Fearing the investigation into Phylicia Barnes' death was closing in on him, prosecutors say, Michael Maurice Johnson told his girlfriend in text messages that he was thinking about fleeing the country.
"I feel like everything is about to hit the fan. I don't know if I'm ready to deal with it," the 28-year-old wrote in one message amid a Harford County grand jury investigation in October 2011. "I still have options, not many, but I feel like I should pack up and leave. I don't want to, but that's how I feel. I mean leave this country, babe."
Those texts and other wiretapped phone conversations that month were presented for jurors Thursday as Johnson's first-degree murder trial continued in Baltimore Circuit Court. In the calls, Johnson is never heard implicating himself. "I ain't going down without a fight," he said in a phone conversation with his brother.
The communications were presented in court along with cellphone tower data that police say plot Johnson's movements on Dec. 28, 2010, the day 16-year-old Phylicia disappeared.
Johnson made more than 50 calls or text messages that day. Detective John Jendrek of the agency's phone tracking unit, said Johnson's cellphone was off from 11:30 p.m. to 1 p.m., when by his account he was at the apartment where Phylicia was staying.
Phylicia's phone was making or receiving calls until 12:30 p.m., and was not used again, Jendrek testified. She was also sending messages on Facebook until 12:21 p.m., an FBI computer analyst said.
Johnson told police in a recorded interview three days later that he saw Phylicia asleep on the couch when he left the apartment at 1:30 p.m., then went to visit relatives and stopped at a Walmart. The phone tower data show him driving in the area of the store, and his phone at one point hits off a cell tower in Patapsco Valley State Park in Howard County.
At no time during the day or night did his phone hit a tower east of Northwest Baltimore. Phylicia's body was found four months later in the Susquehanna River — 40 miles northeast of Baltimore — and prosecutors have acknowledged that they have no evidence linking Johnson to that area.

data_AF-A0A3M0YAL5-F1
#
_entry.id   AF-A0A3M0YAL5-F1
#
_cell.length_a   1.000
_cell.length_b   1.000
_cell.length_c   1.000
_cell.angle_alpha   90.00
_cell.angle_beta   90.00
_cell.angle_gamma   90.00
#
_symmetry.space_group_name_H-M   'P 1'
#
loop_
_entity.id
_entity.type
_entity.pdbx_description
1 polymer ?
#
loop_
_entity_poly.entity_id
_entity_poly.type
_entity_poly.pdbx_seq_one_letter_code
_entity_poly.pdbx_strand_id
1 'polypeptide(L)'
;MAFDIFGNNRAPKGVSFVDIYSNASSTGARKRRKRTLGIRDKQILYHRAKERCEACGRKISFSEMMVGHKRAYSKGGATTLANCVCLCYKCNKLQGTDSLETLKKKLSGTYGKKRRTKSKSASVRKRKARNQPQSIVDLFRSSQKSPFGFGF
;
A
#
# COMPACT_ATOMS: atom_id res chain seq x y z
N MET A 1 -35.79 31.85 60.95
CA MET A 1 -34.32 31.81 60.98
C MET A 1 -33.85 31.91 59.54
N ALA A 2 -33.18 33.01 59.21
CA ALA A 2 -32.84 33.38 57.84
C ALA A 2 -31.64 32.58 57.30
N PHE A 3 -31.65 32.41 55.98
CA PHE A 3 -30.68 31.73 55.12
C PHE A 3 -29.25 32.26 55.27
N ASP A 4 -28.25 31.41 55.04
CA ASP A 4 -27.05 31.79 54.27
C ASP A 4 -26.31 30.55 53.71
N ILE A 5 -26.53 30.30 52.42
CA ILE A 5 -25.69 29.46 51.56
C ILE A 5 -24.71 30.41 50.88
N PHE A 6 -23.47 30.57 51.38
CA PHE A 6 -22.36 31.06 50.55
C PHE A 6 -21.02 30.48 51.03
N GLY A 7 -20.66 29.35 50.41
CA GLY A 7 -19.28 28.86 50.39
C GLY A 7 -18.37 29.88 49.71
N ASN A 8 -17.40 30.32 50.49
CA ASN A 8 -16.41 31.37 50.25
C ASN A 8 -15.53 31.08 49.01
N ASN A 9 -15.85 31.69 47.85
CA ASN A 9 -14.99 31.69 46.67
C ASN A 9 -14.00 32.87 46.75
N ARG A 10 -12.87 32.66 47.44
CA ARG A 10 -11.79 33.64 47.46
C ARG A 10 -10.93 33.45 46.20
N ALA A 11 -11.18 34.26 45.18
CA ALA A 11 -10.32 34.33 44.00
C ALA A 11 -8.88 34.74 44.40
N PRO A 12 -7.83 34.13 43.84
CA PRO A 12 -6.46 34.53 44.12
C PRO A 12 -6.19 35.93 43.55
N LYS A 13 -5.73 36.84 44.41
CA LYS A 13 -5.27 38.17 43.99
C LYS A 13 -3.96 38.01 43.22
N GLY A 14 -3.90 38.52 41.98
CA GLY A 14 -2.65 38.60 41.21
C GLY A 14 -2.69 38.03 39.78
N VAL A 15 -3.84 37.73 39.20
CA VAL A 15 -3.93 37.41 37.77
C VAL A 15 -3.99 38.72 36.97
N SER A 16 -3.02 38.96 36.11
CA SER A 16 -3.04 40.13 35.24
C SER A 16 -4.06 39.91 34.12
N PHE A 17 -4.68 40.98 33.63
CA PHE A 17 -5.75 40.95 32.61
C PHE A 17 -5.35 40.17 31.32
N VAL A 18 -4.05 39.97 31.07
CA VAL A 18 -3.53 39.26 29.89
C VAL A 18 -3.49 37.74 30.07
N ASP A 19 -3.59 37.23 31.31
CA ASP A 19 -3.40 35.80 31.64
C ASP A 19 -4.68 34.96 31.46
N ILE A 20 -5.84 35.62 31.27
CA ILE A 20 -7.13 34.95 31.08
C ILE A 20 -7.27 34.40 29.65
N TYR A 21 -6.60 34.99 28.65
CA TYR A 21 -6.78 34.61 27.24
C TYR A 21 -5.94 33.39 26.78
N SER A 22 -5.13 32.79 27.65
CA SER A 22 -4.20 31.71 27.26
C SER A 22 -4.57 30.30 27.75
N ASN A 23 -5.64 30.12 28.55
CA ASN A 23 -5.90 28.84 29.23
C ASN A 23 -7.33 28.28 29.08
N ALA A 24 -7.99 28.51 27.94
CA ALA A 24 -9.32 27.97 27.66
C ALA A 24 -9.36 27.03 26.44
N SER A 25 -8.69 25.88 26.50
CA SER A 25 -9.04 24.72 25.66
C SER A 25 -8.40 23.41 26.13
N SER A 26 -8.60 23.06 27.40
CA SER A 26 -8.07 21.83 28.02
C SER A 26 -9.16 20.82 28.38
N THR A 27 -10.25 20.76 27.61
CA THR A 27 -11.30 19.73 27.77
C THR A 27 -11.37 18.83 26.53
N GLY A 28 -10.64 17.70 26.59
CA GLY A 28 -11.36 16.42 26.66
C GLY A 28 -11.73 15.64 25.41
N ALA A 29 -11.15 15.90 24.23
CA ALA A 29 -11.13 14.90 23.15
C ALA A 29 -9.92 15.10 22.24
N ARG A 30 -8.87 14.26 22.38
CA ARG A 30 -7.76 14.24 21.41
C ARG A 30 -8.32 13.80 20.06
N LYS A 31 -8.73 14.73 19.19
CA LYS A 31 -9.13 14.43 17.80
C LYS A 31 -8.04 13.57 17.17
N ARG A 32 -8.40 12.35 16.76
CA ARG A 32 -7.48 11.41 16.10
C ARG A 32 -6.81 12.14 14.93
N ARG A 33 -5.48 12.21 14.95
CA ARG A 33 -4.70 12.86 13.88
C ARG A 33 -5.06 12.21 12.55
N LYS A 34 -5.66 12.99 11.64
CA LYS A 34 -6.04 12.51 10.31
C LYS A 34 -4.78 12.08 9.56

It's also unclear if any of Johnson's calls were to a number associated with the man who testified Wednesday that he visited the apartment and saw Phylicia's body after being called by Johnson for help.
Prosecutors were told they couldn't present evidence that a computer seized from the home of Johnson's brother had been used the day after Phylicia's disappearance to conduct an Internet search about whether phone GPS data can be traced when a phone is off. Circuit Judge Alfred Nance said prosecutors couldn't connect Johnson to the search, though prosecutors signaled that they would try again.
The text messages about fleeing the country were previously disclosed by prosecutors at Johnson's bail review hearing last April. His attorney said at the time that he was referring to feeling under pressure about the birth of a child he was not ready to take responsibility for.
In one wiretapped phone call from October 2011, Johnson tells his older brother that police took DNA samples from him. Johnson at that point had been identified as a person of interest for several months, and he talks about possible charges he might face. "First-degree is intent, with a plan," he said.
The defense noted that after the call, state troopers asked a Harford County judge to continue the wiretap, saying they needed to keep listening in because Johnson had not yet made statements "related to his participation in the crime."
Another call that month is between Johnson and his mother. She informs him that state troopers are bringing his brothers before a Harford County grand jury.
"It seems like they're trying to clean up Baltimore City's mess, to see if they can eliminate people," his mother says. Later, she says, "There's no evidence against you, because you're not guilty."
"They're trying to go forward with probable cause," Johnson tells her.
"What're you gonna do?" she asks.
"There's nothing I can do," he says, saying that investigators were trying to "get me on something."
Earlier in the day, the defense got its opportunity to question in front of jurors the lead Baltimore police detective on the case, Daniel Nicholson, about a search he conducted for his own missing daughter that led to his suspension. The subject had led to much wrangling among attorneys, with prosecutors saying the defense had no basis to connect the incident to the murder investigation.
Asked about the allegations of misconduct, Nicholson, who remains suspended, said he hadn't been informed of the allegations or charged.Copyright © 2015, The Baltimore Sun